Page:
Thursday, 29 October 2015

Barclays - higher costs and revised guidance but still clear potential

In my last write-up on Barclays I noted:

'Barclays is not out of the woods at all but with a combination of growth scope at Barclaycard and its African operations, simplification assisting the utility-like retail banking division and focus assisting the investment bank there are angles still for shareholders.  Barclays shares may have generally been grinding up this year but to remain hopeful of a grind past 300p remains a reasonable view'

I could almost make a similar observation today...albeit that volatile markets and a few other matters we will come onto have nobbled the shares slightly which - as I write - are now trading at the time of writing around the 240p level. So much for grinding past 300p...


The reasonably solid aspect of the numbers centred around the core division where profitability pushed up for all divisions (although only on a constant currency basis for the Africa Banking unit).  At a headline level this growth was only low single digit but this reflected higher structural reform implementation at the head office level a theme - unfortunately - we will return to later.  


Of course Barclays cannot only be a Core business...and trends at the Non Core business at least showed falling average allocated equity...but still clear losses.  Management confirmed on the conference call that especially in 2017 costs will fall but a material improvement in 2016 seems unlikely to me.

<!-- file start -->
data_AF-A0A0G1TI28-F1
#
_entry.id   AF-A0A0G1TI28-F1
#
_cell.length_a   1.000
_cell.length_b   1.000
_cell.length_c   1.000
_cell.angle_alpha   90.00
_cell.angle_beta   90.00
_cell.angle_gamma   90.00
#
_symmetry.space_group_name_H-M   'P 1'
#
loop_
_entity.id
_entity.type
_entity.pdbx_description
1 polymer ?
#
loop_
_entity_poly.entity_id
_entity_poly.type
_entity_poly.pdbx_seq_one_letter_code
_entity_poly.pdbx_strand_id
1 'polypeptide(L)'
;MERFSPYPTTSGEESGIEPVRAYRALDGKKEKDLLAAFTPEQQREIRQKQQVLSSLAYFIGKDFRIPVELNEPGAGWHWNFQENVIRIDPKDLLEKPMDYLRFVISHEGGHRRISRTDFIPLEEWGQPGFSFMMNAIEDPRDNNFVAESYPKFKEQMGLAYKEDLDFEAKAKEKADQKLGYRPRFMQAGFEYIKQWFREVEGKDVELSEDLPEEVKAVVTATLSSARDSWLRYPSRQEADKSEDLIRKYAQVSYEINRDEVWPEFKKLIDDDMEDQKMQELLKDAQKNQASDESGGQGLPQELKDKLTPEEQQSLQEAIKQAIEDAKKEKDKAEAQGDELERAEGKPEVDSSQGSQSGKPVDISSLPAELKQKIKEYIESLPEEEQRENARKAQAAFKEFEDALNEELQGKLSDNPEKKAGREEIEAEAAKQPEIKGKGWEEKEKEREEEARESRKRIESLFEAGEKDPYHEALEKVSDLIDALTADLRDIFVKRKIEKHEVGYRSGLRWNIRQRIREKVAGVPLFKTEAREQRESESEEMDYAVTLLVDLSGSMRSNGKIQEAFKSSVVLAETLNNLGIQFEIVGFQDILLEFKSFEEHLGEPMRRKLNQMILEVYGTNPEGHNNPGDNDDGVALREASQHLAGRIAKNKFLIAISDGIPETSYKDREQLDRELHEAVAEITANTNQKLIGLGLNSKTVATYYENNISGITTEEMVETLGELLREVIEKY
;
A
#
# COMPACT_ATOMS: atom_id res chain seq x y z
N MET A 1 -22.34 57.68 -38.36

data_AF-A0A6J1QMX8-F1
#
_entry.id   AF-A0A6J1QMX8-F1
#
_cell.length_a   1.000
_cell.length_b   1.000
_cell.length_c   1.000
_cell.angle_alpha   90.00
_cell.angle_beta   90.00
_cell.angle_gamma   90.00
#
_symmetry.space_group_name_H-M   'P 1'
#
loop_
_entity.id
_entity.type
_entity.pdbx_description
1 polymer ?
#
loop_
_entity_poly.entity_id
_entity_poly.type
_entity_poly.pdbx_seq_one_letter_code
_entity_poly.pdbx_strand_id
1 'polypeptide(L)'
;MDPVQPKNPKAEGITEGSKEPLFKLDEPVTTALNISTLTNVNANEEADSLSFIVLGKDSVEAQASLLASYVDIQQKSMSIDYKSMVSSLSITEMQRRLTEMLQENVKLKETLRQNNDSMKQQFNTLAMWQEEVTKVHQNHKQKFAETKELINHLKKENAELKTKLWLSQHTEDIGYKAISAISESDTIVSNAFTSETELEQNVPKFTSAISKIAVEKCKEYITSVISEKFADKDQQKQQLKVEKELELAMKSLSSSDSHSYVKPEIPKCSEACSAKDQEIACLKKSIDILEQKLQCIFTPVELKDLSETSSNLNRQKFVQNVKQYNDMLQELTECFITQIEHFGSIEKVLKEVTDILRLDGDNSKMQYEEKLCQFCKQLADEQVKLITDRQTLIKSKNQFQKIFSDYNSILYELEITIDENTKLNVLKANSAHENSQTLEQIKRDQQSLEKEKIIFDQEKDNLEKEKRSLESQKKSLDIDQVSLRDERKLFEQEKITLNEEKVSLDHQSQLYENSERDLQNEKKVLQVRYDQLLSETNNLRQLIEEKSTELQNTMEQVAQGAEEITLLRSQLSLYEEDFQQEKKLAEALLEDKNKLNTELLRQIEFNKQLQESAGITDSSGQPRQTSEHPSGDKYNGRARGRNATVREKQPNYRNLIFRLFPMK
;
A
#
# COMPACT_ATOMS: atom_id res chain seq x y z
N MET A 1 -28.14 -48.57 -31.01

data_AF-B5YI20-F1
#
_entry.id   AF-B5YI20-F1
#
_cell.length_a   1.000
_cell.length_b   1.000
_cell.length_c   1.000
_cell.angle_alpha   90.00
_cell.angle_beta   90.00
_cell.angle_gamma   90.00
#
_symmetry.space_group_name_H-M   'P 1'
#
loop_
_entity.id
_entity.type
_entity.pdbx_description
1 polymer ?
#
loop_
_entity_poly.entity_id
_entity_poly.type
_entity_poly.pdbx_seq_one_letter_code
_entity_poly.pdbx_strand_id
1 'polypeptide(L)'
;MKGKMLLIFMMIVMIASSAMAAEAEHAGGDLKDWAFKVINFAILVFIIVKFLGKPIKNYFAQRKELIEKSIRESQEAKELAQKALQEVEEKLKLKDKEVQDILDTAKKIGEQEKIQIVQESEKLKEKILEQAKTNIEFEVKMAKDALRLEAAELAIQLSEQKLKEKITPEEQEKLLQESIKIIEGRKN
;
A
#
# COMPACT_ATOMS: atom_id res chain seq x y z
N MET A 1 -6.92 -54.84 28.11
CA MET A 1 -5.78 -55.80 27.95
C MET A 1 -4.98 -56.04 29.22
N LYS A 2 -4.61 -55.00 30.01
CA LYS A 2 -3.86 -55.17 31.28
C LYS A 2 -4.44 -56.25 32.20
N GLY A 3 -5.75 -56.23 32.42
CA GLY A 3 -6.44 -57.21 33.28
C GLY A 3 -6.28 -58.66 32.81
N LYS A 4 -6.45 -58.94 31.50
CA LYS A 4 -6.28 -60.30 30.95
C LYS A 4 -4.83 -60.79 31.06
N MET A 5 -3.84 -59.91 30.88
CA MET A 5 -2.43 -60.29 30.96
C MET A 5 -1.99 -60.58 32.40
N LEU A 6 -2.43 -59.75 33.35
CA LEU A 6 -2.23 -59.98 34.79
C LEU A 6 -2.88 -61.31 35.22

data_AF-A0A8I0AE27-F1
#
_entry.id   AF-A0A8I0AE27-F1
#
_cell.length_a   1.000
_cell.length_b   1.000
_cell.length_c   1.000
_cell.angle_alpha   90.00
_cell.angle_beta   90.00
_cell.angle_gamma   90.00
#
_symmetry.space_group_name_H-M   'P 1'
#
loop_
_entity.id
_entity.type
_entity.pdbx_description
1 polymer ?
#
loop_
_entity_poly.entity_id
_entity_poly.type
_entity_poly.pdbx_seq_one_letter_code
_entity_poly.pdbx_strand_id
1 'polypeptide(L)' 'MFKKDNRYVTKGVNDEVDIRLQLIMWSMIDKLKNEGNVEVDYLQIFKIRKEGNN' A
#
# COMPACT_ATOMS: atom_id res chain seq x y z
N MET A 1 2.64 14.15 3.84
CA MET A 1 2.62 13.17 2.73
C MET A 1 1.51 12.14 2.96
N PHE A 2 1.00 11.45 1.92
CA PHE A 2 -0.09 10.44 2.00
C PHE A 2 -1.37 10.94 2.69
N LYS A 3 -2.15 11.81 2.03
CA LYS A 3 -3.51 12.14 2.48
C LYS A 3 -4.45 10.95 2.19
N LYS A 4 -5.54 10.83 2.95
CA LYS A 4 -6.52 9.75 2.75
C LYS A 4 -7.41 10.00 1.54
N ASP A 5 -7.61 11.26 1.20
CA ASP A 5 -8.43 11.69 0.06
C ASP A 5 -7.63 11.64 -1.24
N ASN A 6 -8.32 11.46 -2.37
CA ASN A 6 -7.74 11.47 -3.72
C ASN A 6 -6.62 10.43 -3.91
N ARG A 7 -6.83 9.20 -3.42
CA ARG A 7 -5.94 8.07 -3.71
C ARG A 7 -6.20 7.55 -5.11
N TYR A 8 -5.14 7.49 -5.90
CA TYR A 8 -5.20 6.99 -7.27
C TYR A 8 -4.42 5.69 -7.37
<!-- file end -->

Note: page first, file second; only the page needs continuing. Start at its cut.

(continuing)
Put the two together and the latter remains a clear drag which is a shame as my hopes for a 300p+ share price is based on a still rising tangible NAV to 289p aligned with a double digit ROTE.  Adjust however for the full non-core cost and you end up with a theoretical value today of nearer 200p (289p * 0.67 derived from the 6.7% RoTE for the overall group).  

Of course this is unfair as the non-core business is necessarily relatively static / attempting to be wound down whilst contributors to the Core businesses have dynamic growth potential etc.  However what it does show is that guidance becomes all important.  

And this brings us to the company's updated guidance.  Remember those higher structural reform costs?  Well they are making another appearance and it impacts that important Core return on equity hope.  Hitting 11% (versus 9.5% in the first nine months of 2015) still implies a positive impact on valuation for the whole group but - as noted above - such accretion is already factored into a 240p share price let along a nearer 300p one.  

I still believe that Barclays has the right set of assets to push towards and beyond that 300p share price level.  It also has a new CEO starting on 1 December and still some uncertainty as to whether the role of the investment bank will be emphasised or de-emphasised.  Given investment banking's more volatile stream of returns (on the conference call it was suggested by an analyst that possibly the investment bank could be negative return on equity during Q415) I would prefer the latter.  My instinct is that this will be the conclusion of the Barclays board too. 

Pulling it all together I like the 220-240p support area for Barclays shares as this share price broadly factors only in accomplishment of the 2016 revised targets plan.  Further non-core compression in 2017 plus general progress in showing the sum-of-the-parts Core value should make 2017 even more interesting.  Given the stock market is a discounting machine this implies 2016 should be a better year for Barclays shares than 2015 has been so far assuming the global economy doesn't fall off a cliff of course. 

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